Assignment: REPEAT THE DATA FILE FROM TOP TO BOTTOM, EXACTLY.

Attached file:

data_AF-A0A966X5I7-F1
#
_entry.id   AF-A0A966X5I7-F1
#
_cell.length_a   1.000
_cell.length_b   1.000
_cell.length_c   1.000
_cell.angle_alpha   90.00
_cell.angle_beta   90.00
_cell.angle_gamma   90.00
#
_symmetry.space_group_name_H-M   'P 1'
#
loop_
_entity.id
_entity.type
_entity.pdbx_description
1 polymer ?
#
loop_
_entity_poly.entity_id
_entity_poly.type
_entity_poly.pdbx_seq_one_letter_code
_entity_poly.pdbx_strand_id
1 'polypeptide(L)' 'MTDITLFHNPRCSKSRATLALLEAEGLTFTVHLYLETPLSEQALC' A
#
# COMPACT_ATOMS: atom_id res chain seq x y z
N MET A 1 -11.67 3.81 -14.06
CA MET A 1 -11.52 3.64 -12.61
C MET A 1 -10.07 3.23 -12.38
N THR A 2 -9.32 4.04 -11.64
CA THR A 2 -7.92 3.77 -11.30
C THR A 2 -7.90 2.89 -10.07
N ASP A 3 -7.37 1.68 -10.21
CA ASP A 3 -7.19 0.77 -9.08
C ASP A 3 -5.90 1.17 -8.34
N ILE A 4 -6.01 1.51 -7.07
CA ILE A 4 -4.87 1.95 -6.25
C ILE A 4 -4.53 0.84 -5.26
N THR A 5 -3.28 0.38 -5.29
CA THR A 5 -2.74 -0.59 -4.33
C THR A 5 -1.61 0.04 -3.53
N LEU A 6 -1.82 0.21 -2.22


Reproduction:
data_AF-A0A966X5I7-F1
#
_entry.id   AF-A0A966X5I7-F1
#
_cell.length_a   1.000
_cell.length_b   1.000
_cell.length_c   1.000
_cell.angle_alpha   90.00
_cell.angle_beta   90.00
_cell.angle_gamma   90.00
#
_symmetry.space_group_name_H-M   'P 1'
#
loop_
_entity.id
_entity.type
_entity.pdbx_description
1 polymer ?
#
loop_
_entity_poly.entity_id
_entity_poly.type
_entity_poly.pdbx_seq_one_letter_code
_entity_poly.pdbx_strand_id
1 'polypeptide(L)' 'MTDITLFHNPRCSKSRATLALLEAEGLTFTVHLYLETPLSEQALC' A
#
# COMPACT_ATOMS: atom_id res chain seq x y z
N MET A 1 -11.67 3.81 -14.06
CA MET A 1 -11.52 3.64 -12.61
C MET A 1 -10.07 3.23 -12.38
N THR A 2 -9.32 4.04 -11.64
CA THR A 2 -7.92 3.77 -11.30
C THR A 2 -7.90 2.89 -10.07
N ASP A 3 -7.37 1.68 -10.21
CA ASP A 3 -7.19 0.77 -9.08
C ASP A 3 -5.90 1.17 -8.34
N ILE A 4 -6.01 1.51 -7.07
CA ILE A 4 -4.87 1.95 -6.25
C ILE A 4 -4.53 0.84 -5.26
N THR A 5 -3.28 0.38 -5.29
CA THR A 5 -2.74 -0.59 -4.33
C THR A 5 -1.61 0.04 -3.53
N LEU A 6 -1.82 0.21 -2.22